We all wear masks from time to time: in our words, our habits, and our practices. We have an arsenal of crutches and shortcuts that slowly but surely hide who we are. They are things that prop us up and help us hide. We hide from our feelings and our desires. We hide from who we might become.
We drink coffee as a mask for how tired we are, or to replace what is really a lack of motivation for a certain project we're involved in.
It masks how tired you are of caring for a newborn infant, or how miserable your boss's cutting remarks make you.
The alcohol that you drink at night masks the fear and the stress feel from not having control during your day. Perhaps it helps to cover up the loneliness of your cubicle or help you get through another night.
We project false smiles of protection to hide our fears, to be desirable. We wear high heels and new clothes and carry certain bags and advertisements to show a sense of self, a projection, an idea. We use extroversion to be well liked. We chase busy to mask our fear of not leaving an impact.
We cover a lot of things up. Scars we carry, stories we hold, work we're afraid of doing.
Our selves, deep inside.
It's not always bad to have a mask...
It's not terrible to have masks, but they can't be our only way of dealing with the world. If we spend the entire time warding off the world and hiding from ourselves, we'll miss the best parts. By hiding from the world, we hide ourselves, and we lose a piece of our souls.
Many of us have lost touch with ourselves, our souls, with the tender, tired, scared part of itself.
Here's the catch...
Releasing a mask requires feeling. It requires having a real, honest, scary, less-than-desirable feeling. Letting go of your mask means you might need to say,
By golly, I'm tired.
And no, I don't want to do this.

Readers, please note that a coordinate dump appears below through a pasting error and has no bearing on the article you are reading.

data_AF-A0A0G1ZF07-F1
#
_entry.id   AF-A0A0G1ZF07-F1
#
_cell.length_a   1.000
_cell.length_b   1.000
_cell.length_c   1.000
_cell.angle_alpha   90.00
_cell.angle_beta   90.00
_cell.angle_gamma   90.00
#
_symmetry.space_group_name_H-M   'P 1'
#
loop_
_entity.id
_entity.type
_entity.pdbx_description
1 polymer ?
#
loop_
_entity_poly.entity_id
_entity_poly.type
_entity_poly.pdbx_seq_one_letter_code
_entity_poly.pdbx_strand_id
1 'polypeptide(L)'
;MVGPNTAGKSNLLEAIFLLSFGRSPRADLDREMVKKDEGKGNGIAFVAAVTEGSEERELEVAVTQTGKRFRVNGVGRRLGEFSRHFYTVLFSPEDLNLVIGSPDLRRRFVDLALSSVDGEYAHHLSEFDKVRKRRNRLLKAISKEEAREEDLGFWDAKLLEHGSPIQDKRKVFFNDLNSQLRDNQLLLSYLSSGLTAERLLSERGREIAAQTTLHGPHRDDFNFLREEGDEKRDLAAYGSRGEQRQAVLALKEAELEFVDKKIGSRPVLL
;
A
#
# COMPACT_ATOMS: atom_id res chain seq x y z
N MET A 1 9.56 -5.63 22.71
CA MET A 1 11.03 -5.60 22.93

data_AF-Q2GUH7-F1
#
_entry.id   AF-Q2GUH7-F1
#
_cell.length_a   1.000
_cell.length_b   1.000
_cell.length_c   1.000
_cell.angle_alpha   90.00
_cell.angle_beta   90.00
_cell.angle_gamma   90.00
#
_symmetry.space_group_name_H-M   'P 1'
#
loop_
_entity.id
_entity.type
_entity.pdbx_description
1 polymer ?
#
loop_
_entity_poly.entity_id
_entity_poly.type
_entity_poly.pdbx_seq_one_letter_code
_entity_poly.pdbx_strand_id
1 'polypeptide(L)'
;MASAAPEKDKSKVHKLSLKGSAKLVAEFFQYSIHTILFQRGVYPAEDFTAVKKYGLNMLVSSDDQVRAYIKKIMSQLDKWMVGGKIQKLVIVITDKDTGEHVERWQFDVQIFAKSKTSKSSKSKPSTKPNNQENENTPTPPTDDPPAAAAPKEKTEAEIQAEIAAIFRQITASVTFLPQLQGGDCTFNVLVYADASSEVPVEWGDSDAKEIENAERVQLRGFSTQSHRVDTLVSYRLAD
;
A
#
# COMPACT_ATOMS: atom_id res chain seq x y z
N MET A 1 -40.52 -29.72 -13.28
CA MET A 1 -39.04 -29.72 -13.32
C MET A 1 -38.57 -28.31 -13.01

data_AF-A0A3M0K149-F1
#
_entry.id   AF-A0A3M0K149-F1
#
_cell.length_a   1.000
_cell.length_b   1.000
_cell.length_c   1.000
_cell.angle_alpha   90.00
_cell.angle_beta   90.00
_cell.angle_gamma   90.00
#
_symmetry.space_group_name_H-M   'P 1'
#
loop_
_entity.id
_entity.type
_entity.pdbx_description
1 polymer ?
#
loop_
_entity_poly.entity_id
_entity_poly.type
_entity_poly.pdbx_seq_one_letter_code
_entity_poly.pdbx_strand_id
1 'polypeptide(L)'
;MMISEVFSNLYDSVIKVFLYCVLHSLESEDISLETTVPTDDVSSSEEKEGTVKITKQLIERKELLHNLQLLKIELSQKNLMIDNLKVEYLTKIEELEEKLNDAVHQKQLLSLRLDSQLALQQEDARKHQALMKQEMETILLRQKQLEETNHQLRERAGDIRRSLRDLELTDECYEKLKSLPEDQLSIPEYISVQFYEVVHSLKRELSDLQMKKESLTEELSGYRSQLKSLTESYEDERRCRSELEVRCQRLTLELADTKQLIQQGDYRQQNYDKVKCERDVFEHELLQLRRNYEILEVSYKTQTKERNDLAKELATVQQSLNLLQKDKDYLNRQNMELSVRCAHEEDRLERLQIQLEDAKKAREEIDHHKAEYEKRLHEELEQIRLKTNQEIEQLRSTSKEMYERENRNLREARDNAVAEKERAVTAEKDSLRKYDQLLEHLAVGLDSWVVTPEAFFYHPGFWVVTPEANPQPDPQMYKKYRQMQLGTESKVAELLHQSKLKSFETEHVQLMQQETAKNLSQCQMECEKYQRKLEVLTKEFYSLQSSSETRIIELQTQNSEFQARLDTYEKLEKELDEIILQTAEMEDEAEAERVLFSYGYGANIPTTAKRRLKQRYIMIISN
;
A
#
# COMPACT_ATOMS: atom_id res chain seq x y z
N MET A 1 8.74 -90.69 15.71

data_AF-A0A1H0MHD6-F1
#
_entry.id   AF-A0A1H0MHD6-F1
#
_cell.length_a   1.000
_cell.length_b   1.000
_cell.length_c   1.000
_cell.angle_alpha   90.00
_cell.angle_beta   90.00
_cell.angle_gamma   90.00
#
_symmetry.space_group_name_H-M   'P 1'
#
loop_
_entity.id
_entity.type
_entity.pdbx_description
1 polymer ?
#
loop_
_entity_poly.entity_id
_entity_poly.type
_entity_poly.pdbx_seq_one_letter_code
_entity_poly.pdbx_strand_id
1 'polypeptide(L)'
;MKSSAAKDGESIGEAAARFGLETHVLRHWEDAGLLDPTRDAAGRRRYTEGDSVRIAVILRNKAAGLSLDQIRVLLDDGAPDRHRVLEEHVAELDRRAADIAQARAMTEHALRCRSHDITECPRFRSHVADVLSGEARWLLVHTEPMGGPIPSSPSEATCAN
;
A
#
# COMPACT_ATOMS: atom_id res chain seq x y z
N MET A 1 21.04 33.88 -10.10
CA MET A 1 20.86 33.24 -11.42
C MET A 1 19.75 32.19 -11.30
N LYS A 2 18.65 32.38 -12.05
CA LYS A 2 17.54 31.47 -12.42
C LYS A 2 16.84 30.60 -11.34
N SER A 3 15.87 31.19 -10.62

Or, I'm scared. I'm scared of messing up. I'm scared of doing a bad job. I'm worried that I won't be liked. I'm worried that I might try and I won't be good at it.
Letting the barrier down requires Guts. Honesty. Softness.
Looking at the impulse before we rush to snatch a cover, and breathing in recognition:
Your feelings are clues.
These feelings inside? They aren't enemies. They are clues. Feelings are way points in an uncertain world, direction markers that guide us back into the brilliance of ourselves, if we'll allow it. The trouble is it can be uncomfortable and downright painful. Feelings you haven't had in years might surface to remind you of areas of internal work you still have to do.
And your masks were protection, once.
The masks aren't all bad. Sometimes pulling down the mask and showing your face requires gentleness and slowness. Your mask might have served you at some point. A therapist in my yoga training reminded me that these coping mechanisms shouldn't always be disarmed quickly. Children of abuse who learned how to harden and deaden their senses built masks in order to survive those times. These mechanisms and masks were useful--they helped you survive. They got you here. They protected. Unlocking them too quickly without new ways of being can also be damaging.
But at some point, perhaps you might notice you're still wearing one.
What masks are you wearing?
What masks do you carry?
What do you hide?
Can you lower it for a bit?
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